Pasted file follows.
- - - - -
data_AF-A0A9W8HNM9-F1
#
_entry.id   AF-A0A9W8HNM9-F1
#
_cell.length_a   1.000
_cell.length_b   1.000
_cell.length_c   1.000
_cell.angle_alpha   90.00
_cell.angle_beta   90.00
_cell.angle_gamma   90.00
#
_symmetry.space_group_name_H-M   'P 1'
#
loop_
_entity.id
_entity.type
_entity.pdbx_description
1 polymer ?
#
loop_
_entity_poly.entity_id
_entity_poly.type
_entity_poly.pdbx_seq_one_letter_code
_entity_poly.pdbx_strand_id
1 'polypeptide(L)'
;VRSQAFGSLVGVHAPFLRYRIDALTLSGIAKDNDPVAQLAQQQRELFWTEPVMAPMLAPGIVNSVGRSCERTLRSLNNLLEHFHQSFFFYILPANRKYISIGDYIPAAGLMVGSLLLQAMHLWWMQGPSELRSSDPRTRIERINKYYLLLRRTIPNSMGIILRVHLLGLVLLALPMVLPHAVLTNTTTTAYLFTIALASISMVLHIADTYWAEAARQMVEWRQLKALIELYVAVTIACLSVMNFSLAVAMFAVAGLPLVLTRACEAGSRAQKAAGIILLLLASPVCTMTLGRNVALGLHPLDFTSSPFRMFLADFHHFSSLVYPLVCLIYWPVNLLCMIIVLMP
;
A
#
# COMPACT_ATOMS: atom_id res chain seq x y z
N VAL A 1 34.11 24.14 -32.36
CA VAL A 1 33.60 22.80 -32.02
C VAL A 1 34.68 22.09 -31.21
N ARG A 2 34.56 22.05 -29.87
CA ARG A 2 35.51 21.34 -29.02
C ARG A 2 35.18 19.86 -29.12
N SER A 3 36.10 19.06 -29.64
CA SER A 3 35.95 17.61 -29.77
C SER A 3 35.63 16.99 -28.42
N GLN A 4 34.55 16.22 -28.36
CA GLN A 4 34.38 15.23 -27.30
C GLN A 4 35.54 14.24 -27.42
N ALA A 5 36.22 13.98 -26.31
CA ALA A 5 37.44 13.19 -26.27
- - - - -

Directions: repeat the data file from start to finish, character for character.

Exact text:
data_AF-A0A9W8HNM9-F1
#
_entry.id   AF-A0A9W8HNM9-F1
#
_cell.length_a   1.000
_cell.length_b   1.000
_cell.length_c   1.000
_cell.angle_alpha   90.00
_cell.angle_beta   90.00
_cell.angle_gamma   90.00
#
_symmetry.space_group_name_H-M   'P 1'
#
loop_
_entity.id
_entity.type
_entity.pdbx_description
1 polymer ?
#
loop_
_entity_poly.entity_id
_entity_poly.type
_entity_poly.pdbx_seq_one_letter_code
_entity_poly.pdbx_strand_id
1 'polypeptide(L)'
;VRSQAFGSLVGVHAPFLRYRIDALTLSGIAKDNDPVAQLAQQQRELFWTEPVMAPMLAPGIVNSVGRSCERTLRSLNNLLEHFHQSFFFYILPANRKYISIGDYIPAAGLMVGSLLLQAMHLWWMQGPSELRSSDPRTRIERINKYYLLLRRTIPNSMGIILRVHLLGLVLLALPMVLPHAVLTNTTTTAYLFTIALASISMVLHIADTYWAEAARQMVEWRQLKALIELYVAVTIACLSVMNFSLAVAMFAVAGLPLVLTRACEAGSRAQKAAGIILLLLASPVCTMTLGRNVALGLHPLDFTSSPFRMFLADFHHFSSLVYPLVCLIYWPVNLLCMIIVLMP
;
A
#
# COMPACT_ATOMS: atom_id res chain seq x y z
N VAL A 1 34.11 24.14 -32.36
CA VAL A 1 33.60 22.80 -32.02
C VAL A 1 34.68 22.09 -31.21
N ARG A 2 34.56 22.05 -29.87
CA ARG A 2 35.51 21.34 -29.02
C ARG A 2 35.18 19.86 -29.12
N SER A 3 36.10 19.06 -29.64
CA SER A 3 35.95 17.61 -29.77
C SER A 3 35.63 16.99 -28.42
N GLN A 4 34.55 16.22 -28.36
CA GLN A 4 34.38 15.23 -27.30
C GLN A 4 35.54 14.24 -27.42
N ALA A 5 36.22 13.98 -26.31
CA ALA A 5 37.44 13.19 -26.27